Titan Tire CEO in Work Ethic Spat With French Minister

Titan Tire CEO in Work Ethic Spat With French Minister
French Industrial Renewal Minister Arnaud Montebourg speaks at a press January 30, 2013 in Paris. Maurice Taylor of Titan Tires refused to listen to the minister's idea of investing in a tire plant in France. Instead he accused French workers of laziness, prompting a spat between the two gentlemen. (Bertrand Guay/AFP/Getty Images)
<a><img class="size-large wp-image-1770177" title="Arnaud Montebourg" src="https://www.theepochtimes.com/assets/uploads/2015/09/160372997.jpg" alt="Arnaud Montebourg" width="590" height="392"/></a>
Arnaud Montebourg

Americans always have nurtured stereotypes about the French. This week’s fervent fight about work-ethic and competitiveness between Titan Tire CEO Maurice Taylor and French industry minister Arnaud Montebourg saw many of them resurface.

It was famed American general Norman Schwartzkopf who, after working together with the French in the first Iraq war said: “Going to war without France is like going deer hunting without your accordion.”

The above alludes to the American philosophy of “getting things done” versus the French way of overcomplicating things. While Schwartzkopf talked about military conflict, this week’s renewed fight about French work ethic and competitiveness uttered by an American CEO are of striking similarity.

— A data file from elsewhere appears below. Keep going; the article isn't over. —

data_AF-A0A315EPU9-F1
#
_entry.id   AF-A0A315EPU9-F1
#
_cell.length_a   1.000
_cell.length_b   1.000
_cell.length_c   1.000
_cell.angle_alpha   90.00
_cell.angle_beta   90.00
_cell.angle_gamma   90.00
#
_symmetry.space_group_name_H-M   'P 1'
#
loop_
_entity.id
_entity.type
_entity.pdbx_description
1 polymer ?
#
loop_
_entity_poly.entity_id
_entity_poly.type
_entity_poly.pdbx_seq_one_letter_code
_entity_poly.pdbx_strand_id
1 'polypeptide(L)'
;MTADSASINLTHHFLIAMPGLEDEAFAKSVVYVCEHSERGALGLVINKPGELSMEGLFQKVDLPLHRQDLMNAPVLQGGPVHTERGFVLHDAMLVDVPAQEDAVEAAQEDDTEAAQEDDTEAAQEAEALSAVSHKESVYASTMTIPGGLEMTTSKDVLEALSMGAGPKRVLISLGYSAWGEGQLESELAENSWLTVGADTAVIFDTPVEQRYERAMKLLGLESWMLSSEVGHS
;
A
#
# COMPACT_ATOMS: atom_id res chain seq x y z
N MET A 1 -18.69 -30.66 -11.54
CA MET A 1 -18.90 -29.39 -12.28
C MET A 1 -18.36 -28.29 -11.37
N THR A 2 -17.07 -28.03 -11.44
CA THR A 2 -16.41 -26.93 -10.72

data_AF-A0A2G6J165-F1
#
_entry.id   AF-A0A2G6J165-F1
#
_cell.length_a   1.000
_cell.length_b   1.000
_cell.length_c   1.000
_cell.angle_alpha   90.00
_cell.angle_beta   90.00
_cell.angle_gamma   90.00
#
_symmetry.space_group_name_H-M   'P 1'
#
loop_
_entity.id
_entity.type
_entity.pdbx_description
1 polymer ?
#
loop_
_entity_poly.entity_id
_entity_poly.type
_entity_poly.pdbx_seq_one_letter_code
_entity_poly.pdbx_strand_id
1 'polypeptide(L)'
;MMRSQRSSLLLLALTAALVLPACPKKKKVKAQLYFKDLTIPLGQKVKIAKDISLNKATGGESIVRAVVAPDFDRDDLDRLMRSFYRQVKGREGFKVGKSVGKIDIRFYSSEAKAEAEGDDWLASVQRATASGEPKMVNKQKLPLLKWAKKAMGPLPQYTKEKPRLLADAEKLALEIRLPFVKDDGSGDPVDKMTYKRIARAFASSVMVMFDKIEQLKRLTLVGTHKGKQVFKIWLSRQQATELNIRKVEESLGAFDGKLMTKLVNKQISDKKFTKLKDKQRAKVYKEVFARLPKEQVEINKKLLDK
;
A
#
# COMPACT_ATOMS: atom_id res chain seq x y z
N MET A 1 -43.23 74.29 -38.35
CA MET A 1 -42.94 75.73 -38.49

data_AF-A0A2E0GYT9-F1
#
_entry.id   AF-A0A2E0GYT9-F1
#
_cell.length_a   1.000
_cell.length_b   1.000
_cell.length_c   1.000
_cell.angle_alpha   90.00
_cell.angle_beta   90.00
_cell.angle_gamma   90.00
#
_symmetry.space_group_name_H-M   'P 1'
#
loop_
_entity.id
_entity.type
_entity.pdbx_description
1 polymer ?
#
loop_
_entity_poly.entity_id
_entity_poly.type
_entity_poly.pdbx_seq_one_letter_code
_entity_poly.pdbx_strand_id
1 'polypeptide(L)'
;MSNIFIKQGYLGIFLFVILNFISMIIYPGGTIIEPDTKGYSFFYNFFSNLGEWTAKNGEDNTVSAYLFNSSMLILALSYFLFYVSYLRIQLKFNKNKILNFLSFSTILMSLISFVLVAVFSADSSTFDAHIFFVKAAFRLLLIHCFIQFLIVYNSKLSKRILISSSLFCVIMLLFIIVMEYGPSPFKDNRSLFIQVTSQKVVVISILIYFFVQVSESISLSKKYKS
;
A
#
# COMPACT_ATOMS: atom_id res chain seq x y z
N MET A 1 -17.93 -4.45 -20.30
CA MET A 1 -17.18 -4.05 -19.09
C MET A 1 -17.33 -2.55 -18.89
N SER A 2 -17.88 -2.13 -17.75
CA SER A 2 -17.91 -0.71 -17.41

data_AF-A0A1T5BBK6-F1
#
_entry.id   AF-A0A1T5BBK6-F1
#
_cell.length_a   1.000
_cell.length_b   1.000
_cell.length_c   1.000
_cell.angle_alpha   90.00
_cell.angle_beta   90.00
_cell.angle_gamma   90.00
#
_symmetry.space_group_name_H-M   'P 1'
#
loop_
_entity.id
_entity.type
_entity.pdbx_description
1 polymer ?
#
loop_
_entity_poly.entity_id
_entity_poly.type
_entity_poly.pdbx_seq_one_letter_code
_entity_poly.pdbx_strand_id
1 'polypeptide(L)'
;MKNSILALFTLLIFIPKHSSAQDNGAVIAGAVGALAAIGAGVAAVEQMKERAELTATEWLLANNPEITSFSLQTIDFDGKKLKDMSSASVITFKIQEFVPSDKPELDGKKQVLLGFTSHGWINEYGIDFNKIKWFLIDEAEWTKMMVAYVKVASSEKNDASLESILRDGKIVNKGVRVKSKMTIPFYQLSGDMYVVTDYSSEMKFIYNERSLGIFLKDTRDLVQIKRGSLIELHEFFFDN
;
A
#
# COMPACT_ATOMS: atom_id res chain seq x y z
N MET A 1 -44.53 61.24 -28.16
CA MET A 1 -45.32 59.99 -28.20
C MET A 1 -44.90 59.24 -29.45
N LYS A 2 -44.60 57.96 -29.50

“The French workforce gets paid high wages but works only three hours. They get one hour for breaks and lunch, talk for three and work for three. I told this to the French union workers to their faces. They told me that that’s the French way.” Taylor wrote in a Feb. 8 letter to Montebourg, after having been asked by the ministry to consider investing in a Goodyear facility in France.

“Your letter states that you want Titan to start a discussion. How stupid do you think we are? Titan is the one with the money and the talent to produce tires. What does the crazy union have? It has the French government,” Taylor wrote, explaining his frustrations with union representatives that according to him ultimately scuttled the deal. The letter was leaked to the press on Feb. 20.

Montebourg, who had previously threatened to kick steel giant ArcelorMittal out of France because it had closed down a plant, did not take long to respond. “Your extremist and insulting remarks are a testament to a perfect ignorance about our country,” he wrote in a reply published by French daily Les Echos.

He also wrote that French tire company Michelin was 20 times bigger and 35 times more profitable than Titan, which in 2011 had sales of $1.5 billion and made a profit of $58 million. For good measure, he also added that the French government would monitor Titan Tire imports with “redoubled zeal” to make sure they complied with all regulatory standards.

Taylor’s response did not take a long time. Agence France Press quotes him on Feb. 22 saying: “The extremist, Mr. Minister, is your government and the lack of knowledge about how to build a business” and that French politicians were “out of touch with real world problems.” 

Despite all the harsh words, he complimented France on having “beautiful women and great wine.” Taylor himself said he was even named after French entertainer Maurice Chevalier. It is doubtful whether it is of any consolation to Montebourg, but in his first letter, Taylor noted that “the U.S. government is not much better than the French. ”

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